Whydid the Portuguese sail south and the Spanish sail west in theirvoyages of exploration?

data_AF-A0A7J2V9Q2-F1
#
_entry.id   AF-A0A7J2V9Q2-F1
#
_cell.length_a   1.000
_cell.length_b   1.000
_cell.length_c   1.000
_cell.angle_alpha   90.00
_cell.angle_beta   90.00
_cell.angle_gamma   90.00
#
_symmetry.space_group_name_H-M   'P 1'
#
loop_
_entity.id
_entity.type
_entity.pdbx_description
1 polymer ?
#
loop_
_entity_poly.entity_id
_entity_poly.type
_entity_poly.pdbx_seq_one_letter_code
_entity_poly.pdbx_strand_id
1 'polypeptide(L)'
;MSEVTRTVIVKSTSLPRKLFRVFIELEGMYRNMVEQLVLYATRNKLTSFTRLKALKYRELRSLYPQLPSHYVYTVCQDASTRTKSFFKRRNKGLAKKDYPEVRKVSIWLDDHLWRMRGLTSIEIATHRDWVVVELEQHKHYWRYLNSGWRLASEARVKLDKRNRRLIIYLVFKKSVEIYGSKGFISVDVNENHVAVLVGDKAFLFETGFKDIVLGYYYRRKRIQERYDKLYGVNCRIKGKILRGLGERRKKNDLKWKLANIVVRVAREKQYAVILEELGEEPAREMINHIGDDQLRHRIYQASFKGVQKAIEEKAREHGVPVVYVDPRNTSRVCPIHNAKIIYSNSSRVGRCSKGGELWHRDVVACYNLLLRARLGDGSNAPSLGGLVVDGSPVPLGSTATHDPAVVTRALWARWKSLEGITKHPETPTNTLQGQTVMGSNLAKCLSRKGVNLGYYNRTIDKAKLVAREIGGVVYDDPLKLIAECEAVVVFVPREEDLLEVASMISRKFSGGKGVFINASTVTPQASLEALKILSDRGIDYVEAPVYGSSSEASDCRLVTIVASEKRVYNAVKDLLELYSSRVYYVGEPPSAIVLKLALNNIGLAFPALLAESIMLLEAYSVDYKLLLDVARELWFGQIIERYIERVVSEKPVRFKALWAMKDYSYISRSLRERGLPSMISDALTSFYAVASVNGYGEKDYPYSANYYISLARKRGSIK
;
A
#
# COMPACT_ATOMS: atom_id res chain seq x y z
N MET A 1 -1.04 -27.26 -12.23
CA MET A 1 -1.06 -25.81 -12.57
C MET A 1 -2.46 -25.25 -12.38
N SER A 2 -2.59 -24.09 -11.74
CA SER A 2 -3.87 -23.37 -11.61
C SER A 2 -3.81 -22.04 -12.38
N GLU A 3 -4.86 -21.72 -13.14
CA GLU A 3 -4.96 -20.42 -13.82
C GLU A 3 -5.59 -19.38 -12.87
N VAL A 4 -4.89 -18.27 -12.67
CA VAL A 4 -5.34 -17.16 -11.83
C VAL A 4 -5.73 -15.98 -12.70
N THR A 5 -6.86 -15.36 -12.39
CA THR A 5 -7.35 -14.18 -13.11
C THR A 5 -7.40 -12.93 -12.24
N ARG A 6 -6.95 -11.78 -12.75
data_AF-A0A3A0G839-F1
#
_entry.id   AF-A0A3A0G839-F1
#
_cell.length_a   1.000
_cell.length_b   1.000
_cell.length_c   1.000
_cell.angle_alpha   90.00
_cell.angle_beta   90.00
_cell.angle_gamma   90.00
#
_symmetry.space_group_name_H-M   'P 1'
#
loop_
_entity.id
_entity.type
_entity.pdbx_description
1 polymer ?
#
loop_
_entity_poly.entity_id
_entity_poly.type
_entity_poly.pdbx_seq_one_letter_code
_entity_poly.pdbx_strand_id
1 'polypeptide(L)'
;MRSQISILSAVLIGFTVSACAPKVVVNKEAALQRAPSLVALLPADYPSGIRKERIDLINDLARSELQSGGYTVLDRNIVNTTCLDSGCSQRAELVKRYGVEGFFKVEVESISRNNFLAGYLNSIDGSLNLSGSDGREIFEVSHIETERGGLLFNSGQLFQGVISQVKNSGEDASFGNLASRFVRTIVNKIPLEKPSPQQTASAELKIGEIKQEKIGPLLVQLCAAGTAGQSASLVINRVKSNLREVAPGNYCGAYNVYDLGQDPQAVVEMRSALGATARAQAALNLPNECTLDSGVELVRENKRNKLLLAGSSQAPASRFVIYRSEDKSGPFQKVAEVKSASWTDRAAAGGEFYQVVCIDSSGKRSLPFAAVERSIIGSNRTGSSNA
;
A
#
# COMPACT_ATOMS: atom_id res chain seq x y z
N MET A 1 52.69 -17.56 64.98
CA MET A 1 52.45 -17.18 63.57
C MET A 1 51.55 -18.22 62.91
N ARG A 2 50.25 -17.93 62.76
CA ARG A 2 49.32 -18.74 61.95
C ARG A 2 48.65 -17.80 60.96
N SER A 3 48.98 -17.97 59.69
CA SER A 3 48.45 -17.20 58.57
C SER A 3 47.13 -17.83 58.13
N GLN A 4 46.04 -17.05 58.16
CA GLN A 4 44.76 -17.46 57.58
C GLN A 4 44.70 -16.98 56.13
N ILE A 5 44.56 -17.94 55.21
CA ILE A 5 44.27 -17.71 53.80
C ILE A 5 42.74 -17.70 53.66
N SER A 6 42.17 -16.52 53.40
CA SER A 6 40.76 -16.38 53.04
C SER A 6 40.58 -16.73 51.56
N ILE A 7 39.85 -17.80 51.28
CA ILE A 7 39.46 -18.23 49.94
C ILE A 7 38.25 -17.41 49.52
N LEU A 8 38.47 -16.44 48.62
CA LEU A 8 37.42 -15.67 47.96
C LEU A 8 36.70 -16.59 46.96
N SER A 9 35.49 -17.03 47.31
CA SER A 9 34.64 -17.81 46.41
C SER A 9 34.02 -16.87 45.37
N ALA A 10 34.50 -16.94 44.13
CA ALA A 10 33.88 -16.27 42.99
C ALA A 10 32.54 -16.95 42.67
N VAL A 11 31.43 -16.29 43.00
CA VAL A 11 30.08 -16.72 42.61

Beforethe 1400s, much of the international trade was controlled by theMiddle East region and the East Asian empires. These areas had openaccess to India and Africa where they were able to obtain numerouscommodities that were needed at the time. These two regions alsoproduced valuable goods like spices, silk, gunpowder, paper,porcelain, and the compass. The European nations were locked out fromaccessing those lands where they could obtain the much neededsubstances. The countries in Europe were mainly producingagricultural products, and at the time they did not have the skillsto manufacture the items that the Muslim world and the Asian regionswere capable of creating. International trade was only possible vialand. Travelling by land had many hazards, and the most critical onewas the Ottoman Turks. These people had taken over a vast territoryto the East of Europe, and they controlled movement within the area.For any trading caravan to obtain permission to cross the Ottoman’sterritory, they had to pay costly fees that eventually made theventure unprofitable. Led by Admiral Christopher Columbus, Spainwanted to find a direct ocean route to the rich Asian region wherethey could freely trade without having to incur added expenses orhaving to face other risks that accompany journeys taken over land.The other reason for the voyage taken by Columbus in 1492 was forcuriosity purposes. However, opening up the trading route thatbypassed the Ottomans was the key factor in play. His voyage aimed atreaching the rich regions of the Far East by sailing around theworld. The endeavor led to the accidental discovery of the Americancontinent. This fete enabled the Spanish nation to control most ofthe Americas and the silver that came from the region. The use ofsilver transformed international trade since it began to be used as auniversal currency for trade. The Portuguese were also avoiding theOttoman Empire since they were ruthless and they rarely negotiatedthe charges they set. At the time, the Suez Canal was centuriesbefore its inception and the only way that the country of Portugalcould reach India was by sailing south to find a way around theAfrican continent. The first explorer to attempt this venture wasCaptain Bartolomeu Dias who, in 1488, sailed all the way to the tipof Africa. He named it Cape of Good Hope since he finally saw thatthe vast continent could be traversed by sailing around it. Hetravelled back after facing severe weather conditions in the areawithout completing his mission. A few years later, in 1497, Vasco daGama set sail from Lisbon and his goal was to reach India. Hisjourney faced many hardships, but he was able to surpass the progressthat his predecessor had made. He docked in East Africa where hereplenished his supplies and waited for the monsoon winds to change.Eventually, he resumed the voyage and finally reached India. In doingso, he was able to connect his country with the Asian region withouthaving to go through unfriendly regions. The contributions of Spainand Portugal in sea exploration opened up the European nations to thewealth that was available in the Asian regions (Bentley et al., pp74-75).